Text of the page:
For over two decades, the defense establishment struggled with the question of how to differentiate between Yamam missions and missions for its IDF parallel, the Sayeret Matkal (famous for the headline-grabbing hostage rescue in Entebbe in 1976). But, said Dvir, both units have "grown up" and, since 2002, the two former rivals have begun to cooperate rather than compete. Following the mass-hostage situations in Beslan and the Moscow Stadium, the two units began to hold joint training sessions in which Dvir shared equipment and strategies with his IDF counterpart.
Dvir himself came to the Yamam after a long service of command in elite IDF infantry and special forces units, including the Golani Reconnaissance Unit. He joined the unit in 1999, already holding the rank of IDF lieutenant-colonel (res.) and after a brief two years assumed command of the unit.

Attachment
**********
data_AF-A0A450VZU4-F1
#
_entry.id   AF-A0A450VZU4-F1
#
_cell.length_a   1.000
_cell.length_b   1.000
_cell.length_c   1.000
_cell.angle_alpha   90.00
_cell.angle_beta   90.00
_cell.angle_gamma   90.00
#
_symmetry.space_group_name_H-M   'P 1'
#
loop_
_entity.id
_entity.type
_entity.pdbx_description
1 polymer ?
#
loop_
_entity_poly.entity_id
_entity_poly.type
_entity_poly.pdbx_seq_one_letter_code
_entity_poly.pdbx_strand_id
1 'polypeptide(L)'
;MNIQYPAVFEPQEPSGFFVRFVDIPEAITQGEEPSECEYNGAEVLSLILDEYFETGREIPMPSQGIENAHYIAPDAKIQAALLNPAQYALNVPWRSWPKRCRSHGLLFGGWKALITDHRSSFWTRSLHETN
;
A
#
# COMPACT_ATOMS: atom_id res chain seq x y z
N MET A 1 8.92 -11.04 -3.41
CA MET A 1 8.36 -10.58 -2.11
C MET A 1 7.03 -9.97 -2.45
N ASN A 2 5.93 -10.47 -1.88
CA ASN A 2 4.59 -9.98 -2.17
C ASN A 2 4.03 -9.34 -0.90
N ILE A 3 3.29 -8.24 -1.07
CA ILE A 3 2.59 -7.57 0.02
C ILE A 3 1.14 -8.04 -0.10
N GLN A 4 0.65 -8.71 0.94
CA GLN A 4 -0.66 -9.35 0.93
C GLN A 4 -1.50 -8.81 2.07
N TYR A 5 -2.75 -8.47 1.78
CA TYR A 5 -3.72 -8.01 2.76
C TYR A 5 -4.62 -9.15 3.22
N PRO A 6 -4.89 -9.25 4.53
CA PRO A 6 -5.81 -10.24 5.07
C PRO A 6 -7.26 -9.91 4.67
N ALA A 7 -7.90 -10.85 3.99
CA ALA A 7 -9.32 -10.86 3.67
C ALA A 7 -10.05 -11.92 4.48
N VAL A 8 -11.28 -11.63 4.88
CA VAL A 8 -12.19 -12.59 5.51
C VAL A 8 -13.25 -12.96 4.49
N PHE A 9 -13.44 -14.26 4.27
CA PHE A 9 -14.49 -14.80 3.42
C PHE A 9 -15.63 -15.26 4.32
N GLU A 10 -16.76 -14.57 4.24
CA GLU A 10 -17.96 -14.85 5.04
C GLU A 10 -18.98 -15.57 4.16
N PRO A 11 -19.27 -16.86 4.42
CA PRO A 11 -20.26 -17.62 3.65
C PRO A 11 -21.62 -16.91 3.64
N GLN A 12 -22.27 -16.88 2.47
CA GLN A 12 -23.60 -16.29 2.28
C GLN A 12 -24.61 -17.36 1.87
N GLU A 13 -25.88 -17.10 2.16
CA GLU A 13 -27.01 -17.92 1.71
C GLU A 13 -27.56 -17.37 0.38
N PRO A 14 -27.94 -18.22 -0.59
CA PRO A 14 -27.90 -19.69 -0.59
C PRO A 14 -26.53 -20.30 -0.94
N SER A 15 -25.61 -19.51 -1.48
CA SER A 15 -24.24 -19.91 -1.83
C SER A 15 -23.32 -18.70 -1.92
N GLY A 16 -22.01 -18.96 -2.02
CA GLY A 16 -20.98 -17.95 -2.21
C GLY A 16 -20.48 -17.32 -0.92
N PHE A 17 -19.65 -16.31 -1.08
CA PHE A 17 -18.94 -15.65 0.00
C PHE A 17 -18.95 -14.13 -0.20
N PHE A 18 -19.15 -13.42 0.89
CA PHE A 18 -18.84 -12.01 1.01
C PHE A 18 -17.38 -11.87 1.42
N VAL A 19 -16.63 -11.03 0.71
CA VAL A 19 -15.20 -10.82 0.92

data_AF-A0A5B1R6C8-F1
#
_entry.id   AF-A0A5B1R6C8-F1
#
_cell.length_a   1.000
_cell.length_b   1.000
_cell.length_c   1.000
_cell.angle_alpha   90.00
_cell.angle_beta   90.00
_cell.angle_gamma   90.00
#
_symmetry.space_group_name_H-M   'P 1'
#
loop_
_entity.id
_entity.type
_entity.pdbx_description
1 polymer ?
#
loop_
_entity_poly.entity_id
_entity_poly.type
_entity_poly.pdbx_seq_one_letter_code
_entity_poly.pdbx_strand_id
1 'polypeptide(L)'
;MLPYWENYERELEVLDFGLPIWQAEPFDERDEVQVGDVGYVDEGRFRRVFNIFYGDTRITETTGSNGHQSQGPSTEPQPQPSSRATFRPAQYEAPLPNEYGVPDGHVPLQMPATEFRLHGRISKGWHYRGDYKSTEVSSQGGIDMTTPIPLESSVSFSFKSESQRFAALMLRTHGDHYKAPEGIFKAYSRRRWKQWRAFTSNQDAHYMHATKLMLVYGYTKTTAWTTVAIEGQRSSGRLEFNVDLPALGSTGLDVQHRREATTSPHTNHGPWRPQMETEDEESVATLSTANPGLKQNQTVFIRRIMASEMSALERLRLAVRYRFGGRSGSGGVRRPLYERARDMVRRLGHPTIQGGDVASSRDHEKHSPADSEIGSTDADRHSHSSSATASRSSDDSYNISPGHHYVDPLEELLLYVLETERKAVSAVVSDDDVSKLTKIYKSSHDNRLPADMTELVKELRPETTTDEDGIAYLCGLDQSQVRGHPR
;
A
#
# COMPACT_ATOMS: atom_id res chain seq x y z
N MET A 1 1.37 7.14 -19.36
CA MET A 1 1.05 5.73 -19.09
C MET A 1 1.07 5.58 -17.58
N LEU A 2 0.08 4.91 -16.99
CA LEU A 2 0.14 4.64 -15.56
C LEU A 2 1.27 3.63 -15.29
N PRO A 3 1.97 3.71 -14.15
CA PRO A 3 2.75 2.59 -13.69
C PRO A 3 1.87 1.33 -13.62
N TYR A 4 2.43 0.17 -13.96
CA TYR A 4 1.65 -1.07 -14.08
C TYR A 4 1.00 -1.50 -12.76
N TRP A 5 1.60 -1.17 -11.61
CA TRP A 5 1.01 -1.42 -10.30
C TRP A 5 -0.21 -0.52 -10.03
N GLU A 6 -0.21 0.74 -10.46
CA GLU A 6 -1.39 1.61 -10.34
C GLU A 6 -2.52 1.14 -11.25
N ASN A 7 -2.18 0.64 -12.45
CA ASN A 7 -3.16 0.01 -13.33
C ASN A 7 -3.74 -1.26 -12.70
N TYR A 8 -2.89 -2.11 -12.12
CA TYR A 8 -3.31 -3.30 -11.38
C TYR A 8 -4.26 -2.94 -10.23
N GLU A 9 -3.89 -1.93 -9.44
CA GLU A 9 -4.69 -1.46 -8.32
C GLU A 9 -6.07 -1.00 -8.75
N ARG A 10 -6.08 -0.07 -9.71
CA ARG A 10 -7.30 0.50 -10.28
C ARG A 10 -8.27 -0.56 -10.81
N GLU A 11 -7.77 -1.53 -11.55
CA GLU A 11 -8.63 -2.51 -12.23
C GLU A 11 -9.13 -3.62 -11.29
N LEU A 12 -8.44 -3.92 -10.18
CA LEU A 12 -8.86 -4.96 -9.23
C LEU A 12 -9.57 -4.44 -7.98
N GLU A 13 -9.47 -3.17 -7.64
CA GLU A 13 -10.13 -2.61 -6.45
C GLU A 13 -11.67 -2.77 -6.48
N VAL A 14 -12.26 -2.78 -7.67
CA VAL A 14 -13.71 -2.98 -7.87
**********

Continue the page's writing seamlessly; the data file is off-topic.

It has been a busy period for the Yamam, which tries to maintain a low profile. Dvir told reporters that upon multiple occasions motorists frustrated by unexplained traffic jams in the Sharon never found out that the reasons for the slow-down were Yamam operations nabbing would-be bombers. "We met them on the way. We always give them the chance to surrender, but some choose to take a short cut [to paradise ] anyway."
"The public is aware of only about 10% of what we do," Dvir explained, "and that is good for us. We mostly care that whoever needs to know, knows."
Training is grueling, frequently including urban rappelling, bomb detonation and tactical entry to buildings.
"This is a unit that is on one hand like an American Swat team, and on the other hand is like a military commando unit," Dvir explained.
The unit likes to bring in former officers as team members, he said.
"A company commander who is now the fourth team member from the right still thinks like a company commander, and from our perspective, that is a benefit."